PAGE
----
Environmental Health Practitioner Manual: A resource manual for Environmental Health Practitioners working with Aboriginal and Torres Strait Islander Communities

2 Poor hygiene and disease

Page last updated: November 2010

There are many sicknesses which can be caused by inadequate (poor) domestic or personal hygiene.

Signs of poor domestic hygiene include:

  • not cleaning the toilet
  • not getting rid of rubbish
  • not washing clothes and bedding frequently
  • not storing food properly
Signs of poor personal hygiene include:
  • not washing hands
  • not showering
  • not washing hair

Diseases in Indigenous communities caused by germs and parasites resulting from inadequate domestic and personal hygiene

Bacterial

  • food poisoning
  • gastroenteritis
  • diarrhoea caused by Campylobacter
  • pneumonia
  • trachoma
  • skin infections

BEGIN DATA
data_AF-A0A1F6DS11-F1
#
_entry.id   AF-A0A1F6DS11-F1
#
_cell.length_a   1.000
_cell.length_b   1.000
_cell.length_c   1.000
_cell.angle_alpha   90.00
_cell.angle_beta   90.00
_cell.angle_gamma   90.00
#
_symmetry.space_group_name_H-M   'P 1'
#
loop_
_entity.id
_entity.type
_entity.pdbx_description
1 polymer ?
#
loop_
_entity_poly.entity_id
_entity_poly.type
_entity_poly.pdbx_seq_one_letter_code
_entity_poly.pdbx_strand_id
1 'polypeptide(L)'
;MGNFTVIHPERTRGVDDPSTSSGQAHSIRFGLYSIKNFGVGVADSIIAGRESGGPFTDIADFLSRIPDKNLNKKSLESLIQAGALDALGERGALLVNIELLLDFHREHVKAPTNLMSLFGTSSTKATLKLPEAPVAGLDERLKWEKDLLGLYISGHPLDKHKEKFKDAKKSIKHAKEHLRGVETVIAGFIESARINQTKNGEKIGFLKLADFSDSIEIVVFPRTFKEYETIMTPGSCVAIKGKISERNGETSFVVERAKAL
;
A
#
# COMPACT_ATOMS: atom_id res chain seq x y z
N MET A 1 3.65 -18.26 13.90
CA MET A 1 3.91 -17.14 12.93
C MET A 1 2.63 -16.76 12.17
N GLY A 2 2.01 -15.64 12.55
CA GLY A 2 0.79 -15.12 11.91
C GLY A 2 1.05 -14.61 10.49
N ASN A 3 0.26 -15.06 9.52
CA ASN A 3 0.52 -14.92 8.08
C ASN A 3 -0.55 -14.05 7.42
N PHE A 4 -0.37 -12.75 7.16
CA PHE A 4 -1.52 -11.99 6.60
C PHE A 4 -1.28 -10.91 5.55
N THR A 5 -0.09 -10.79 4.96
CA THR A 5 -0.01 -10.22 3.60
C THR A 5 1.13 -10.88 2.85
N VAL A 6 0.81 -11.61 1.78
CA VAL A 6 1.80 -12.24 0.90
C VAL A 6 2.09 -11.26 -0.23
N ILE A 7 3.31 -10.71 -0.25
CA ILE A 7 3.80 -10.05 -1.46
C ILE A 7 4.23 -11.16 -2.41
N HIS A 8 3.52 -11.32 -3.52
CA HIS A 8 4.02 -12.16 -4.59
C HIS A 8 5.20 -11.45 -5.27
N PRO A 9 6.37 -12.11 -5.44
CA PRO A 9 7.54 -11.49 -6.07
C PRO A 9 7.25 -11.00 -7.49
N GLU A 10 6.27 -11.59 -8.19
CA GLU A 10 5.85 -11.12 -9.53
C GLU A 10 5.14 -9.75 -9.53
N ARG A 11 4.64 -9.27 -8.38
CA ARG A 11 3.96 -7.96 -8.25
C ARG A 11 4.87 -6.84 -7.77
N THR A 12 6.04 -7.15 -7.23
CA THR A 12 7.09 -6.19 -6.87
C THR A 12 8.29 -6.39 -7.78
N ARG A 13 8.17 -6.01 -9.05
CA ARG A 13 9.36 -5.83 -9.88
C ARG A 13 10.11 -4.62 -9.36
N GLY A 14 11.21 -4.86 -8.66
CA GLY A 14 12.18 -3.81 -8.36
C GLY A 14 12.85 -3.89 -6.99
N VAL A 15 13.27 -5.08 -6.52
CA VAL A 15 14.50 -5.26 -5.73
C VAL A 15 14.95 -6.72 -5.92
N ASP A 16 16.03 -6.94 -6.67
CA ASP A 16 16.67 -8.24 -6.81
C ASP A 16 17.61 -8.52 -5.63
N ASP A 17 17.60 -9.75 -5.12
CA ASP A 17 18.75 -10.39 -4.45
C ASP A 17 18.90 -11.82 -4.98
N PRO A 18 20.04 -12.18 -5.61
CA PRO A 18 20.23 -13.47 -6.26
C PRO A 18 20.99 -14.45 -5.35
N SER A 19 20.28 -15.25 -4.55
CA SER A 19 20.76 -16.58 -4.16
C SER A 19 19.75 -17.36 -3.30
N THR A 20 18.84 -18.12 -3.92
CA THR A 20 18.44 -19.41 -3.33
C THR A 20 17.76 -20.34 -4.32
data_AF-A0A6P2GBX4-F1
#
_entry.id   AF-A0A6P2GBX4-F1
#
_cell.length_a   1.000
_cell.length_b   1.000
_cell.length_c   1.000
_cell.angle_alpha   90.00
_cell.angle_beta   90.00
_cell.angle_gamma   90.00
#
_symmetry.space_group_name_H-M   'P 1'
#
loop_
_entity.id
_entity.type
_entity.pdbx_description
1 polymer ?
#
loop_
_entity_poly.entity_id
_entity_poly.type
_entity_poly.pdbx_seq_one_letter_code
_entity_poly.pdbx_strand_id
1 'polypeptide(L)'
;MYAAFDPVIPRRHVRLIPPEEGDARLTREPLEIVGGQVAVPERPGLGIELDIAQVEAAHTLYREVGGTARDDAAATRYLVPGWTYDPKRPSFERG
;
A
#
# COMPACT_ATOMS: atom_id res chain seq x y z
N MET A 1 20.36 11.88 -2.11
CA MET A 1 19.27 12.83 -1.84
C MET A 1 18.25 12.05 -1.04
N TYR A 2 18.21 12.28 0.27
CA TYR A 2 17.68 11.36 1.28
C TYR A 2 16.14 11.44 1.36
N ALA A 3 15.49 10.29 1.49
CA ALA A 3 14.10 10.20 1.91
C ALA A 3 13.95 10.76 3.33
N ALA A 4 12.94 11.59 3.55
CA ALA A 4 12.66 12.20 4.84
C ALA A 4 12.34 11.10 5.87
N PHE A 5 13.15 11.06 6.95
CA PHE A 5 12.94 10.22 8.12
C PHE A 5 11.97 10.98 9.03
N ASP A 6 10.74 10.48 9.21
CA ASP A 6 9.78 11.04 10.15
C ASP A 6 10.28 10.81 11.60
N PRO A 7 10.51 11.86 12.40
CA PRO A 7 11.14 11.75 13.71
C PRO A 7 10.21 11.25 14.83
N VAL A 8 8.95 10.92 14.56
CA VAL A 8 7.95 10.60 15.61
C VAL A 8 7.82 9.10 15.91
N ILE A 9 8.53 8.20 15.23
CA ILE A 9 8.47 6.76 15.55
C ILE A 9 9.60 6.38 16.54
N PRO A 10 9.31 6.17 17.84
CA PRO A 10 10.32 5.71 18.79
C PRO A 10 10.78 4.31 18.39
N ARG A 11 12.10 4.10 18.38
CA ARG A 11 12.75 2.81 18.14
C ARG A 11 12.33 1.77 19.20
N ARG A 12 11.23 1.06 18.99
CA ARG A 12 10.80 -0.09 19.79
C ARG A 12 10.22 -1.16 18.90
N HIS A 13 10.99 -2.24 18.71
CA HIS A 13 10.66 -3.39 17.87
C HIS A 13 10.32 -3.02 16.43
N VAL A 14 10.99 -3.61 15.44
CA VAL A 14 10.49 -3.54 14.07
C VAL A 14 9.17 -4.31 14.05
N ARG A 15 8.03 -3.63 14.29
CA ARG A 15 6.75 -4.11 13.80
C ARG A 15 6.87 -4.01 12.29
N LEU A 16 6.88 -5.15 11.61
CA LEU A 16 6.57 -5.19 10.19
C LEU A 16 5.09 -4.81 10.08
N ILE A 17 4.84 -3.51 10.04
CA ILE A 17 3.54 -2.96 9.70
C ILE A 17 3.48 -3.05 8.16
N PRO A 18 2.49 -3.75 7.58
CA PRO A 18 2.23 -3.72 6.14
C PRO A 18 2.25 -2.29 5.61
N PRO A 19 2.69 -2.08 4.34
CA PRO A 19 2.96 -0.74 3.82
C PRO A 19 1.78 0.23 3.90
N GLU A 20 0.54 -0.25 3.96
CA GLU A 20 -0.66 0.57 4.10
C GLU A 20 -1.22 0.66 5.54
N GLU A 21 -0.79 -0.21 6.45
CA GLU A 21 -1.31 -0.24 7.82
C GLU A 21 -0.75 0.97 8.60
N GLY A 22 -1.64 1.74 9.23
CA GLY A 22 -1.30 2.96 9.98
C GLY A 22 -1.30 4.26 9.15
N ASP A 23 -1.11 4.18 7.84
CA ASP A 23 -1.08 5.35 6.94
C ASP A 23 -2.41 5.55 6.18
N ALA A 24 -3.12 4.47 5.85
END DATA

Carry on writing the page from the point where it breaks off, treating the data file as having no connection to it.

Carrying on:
Viral

  • hepatitis A
  • gastroenteritis
  • colds and flu

Parasitic

  • giardiasis
  • scabies infection
  • pediculosis (head lice infection)
  • hookworm infection
  • threadworm infection
  • roundworm infection (strongyloides)
Poor domestic and personal hygiene practices can help the transmission of disease-causing germs:
  • directly by the faecal-oral route, or by person to person or pet to person contact
  • indirectly by vectors coming into contact with people or their food, people breathing in airborne droplets of moisture which contain germs or eating contaminated food.